The Heritage Trail is well known to most people in my corner of Northeast Iowa. It is a recreational trail of crushed limestone that meanders 26 miles from the North edge of Dubuque to Dyersville. Its gentle slope makes it perfect for family bike outings and the many running events it hosts each year. During spring, summer, and fall, you are sure to meet many friendly faces as you journey along the trail. You would be hard pressed to find someone from the area that isn’t familiar with the trail.
Winter exposes a different side of the trail. The lush greenery that softens the landscape in the warmer months is gone. One can see deep into the woods, adding an element of eeriness. The bluffs seem taller and more forbidding. Your mind wanders as you spot the caves in bluffs and wonder what might be hiding inside. Instead of shadowing you down the trail, the Little Maquoketa is frozen and still. Even the corn fields, which close in on the trail during the summer and fall, are barren but for the stubble of last season’s harvest.
Aside from the faint din of traffic from Highway 52, it is quiet. I forget Dubuque is just a few miles away and welcome the solitude. I am not alone, though. Eagles soar overhead or perch in the tops of the ancient oaks. Squirrels scramble into the undergrowth when they hear my tires crunching in the snow. Groups of whitetail keep a watchful eye from just off the trail, before bounding up the hills as I draw near.
Any bike ride feels like a small adventure. You set off with an idea of the route you will take, but knowing there are myriad variables to be encountered along the way. No matter how easy the route, you still must provide the power to get out and back. A mechanical failure or injury could leave you stranded, relying on ingenuity or grit to complete your journey.
Winter biking ratchets up the uncertainty and adventure. Even the strongest riders are humbled by three inches of loose, unpacked snow. Pushing your four inch wide tires through the powder makes every mile you ride seem like four. Despite the promise of stability those wide tires offer, you will undoubtedly struggle to keep the bike upright at some point in your ride. You also have to thread the needle when it comes to temperature. Dress too light and you will be fighting frostbite in no time. Bundle up too warmly and you will soon be soaking wet, followed closely by bone-chilling cold.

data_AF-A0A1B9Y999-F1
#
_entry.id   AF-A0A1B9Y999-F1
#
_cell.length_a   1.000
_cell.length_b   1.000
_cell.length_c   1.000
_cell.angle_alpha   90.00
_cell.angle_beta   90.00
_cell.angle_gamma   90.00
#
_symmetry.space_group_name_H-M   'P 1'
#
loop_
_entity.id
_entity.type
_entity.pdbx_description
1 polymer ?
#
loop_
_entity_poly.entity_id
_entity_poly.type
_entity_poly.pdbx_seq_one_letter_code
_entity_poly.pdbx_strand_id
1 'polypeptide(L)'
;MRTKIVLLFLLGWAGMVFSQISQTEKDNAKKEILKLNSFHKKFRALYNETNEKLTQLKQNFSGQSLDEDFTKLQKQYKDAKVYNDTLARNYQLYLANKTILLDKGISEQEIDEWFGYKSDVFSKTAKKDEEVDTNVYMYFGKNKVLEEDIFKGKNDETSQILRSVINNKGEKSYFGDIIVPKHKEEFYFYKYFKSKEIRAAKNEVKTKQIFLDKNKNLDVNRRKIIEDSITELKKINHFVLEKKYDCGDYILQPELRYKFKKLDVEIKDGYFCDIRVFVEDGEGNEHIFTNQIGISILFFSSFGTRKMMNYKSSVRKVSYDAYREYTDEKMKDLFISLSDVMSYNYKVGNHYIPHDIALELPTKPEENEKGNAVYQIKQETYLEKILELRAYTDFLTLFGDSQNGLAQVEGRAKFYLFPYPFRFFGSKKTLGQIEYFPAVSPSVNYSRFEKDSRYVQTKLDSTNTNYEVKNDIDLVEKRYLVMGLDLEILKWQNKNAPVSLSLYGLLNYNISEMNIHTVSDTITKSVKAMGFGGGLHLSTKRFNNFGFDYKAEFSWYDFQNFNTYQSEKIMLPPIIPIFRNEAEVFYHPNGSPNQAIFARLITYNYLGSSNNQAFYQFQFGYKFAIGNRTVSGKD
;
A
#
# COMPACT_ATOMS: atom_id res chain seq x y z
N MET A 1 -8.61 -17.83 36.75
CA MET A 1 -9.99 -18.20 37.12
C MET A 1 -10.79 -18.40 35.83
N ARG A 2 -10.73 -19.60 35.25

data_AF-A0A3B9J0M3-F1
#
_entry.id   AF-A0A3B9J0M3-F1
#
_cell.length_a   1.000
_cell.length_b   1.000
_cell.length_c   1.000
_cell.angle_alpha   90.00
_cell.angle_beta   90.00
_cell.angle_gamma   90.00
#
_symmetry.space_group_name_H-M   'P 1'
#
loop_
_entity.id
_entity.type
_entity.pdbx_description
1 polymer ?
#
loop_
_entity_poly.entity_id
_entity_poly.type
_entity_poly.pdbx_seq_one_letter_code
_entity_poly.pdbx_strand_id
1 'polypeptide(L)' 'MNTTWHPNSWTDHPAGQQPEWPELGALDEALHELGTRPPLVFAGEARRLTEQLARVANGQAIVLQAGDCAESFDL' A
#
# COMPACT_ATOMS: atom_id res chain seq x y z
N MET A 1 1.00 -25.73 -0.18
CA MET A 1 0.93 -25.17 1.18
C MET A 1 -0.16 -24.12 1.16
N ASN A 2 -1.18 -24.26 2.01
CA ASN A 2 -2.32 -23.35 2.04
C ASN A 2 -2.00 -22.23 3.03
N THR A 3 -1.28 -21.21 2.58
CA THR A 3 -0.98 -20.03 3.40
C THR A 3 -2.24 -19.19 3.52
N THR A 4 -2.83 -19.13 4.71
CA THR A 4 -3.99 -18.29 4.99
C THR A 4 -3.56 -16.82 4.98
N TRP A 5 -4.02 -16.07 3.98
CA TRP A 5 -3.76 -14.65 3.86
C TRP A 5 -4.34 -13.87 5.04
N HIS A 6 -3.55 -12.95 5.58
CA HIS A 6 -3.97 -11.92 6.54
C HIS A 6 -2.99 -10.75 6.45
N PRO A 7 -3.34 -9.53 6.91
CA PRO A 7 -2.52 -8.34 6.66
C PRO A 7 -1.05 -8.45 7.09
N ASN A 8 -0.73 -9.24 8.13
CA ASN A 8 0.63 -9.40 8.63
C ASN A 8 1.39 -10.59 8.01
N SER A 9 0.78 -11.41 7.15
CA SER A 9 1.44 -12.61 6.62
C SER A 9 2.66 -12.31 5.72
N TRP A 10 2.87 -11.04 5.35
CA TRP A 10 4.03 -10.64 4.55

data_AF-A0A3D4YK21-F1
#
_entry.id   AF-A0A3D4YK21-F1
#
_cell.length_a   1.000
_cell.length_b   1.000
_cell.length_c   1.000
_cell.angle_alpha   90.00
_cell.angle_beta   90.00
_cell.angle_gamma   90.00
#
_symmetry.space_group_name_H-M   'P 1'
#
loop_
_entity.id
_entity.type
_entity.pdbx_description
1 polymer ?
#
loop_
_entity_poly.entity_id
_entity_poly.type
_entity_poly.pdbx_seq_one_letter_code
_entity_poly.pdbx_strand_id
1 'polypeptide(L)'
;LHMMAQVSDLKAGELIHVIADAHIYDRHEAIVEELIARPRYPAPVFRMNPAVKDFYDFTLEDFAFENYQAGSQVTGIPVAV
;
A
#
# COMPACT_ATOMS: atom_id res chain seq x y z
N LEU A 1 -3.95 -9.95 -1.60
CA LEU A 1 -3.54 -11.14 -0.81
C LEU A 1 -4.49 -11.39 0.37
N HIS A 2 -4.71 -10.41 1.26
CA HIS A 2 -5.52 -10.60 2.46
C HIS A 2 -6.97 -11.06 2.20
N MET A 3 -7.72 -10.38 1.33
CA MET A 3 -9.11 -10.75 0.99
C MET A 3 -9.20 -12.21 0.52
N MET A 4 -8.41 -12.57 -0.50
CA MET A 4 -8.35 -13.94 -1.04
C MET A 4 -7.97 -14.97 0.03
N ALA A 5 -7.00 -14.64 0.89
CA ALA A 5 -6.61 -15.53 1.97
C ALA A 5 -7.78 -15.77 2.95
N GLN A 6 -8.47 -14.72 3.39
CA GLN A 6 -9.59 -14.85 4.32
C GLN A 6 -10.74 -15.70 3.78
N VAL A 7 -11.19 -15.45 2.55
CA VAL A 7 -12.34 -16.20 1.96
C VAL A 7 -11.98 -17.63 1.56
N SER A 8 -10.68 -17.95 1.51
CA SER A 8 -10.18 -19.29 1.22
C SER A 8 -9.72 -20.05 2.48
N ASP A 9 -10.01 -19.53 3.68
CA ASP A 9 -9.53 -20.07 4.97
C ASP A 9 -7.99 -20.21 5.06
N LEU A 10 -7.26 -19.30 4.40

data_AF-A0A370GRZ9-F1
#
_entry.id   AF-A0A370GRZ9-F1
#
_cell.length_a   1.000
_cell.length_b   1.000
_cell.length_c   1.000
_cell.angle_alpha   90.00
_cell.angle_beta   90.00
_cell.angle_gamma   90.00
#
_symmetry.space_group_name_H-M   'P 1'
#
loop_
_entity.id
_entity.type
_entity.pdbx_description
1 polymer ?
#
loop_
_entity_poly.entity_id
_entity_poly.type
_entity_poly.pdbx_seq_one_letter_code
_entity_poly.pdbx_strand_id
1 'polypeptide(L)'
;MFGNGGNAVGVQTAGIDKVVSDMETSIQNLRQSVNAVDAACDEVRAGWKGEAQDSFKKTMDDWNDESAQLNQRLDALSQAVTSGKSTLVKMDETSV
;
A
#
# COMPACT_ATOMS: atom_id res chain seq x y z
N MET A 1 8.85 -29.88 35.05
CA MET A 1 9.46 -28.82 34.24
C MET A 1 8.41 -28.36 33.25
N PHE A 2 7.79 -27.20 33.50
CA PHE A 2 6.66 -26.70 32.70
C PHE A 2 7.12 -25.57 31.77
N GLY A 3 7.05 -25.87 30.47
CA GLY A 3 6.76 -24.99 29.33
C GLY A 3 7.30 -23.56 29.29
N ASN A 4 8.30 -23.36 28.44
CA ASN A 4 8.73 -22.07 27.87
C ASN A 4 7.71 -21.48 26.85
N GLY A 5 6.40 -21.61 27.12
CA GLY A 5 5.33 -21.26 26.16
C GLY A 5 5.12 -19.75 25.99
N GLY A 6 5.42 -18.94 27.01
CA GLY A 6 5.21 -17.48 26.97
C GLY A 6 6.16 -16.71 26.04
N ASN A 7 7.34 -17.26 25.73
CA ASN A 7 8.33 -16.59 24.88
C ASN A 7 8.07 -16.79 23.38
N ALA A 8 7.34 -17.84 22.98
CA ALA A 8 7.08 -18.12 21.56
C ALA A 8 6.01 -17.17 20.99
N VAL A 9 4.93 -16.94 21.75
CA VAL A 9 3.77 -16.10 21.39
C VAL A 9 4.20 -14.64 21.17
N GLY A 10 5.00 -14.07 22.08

Despite the challenges, or maybe because of them, winter biking is exhilarating. You feel a closeness to nature that you don’t get when zipping along a blacktopped country road on your road bike. Slowing down broadens your perspective and calls the natural world out of hiding. You get to peek behind the curtain and see the forest for the trees. The crisp air makes you feel alive. If you are lucky enough to ride during a snow fall, it is like time stands still and everything gets fuzzy around the edges.
While a winter ride on Heritage Trail could hardly be considered a trek through the wilderness, it does feel like a bit of an adventure. It is well worth the forethought and preparation required to have a successful experience. The smile on my face persists long after the frost is gone from around the edges of my windows on the way home.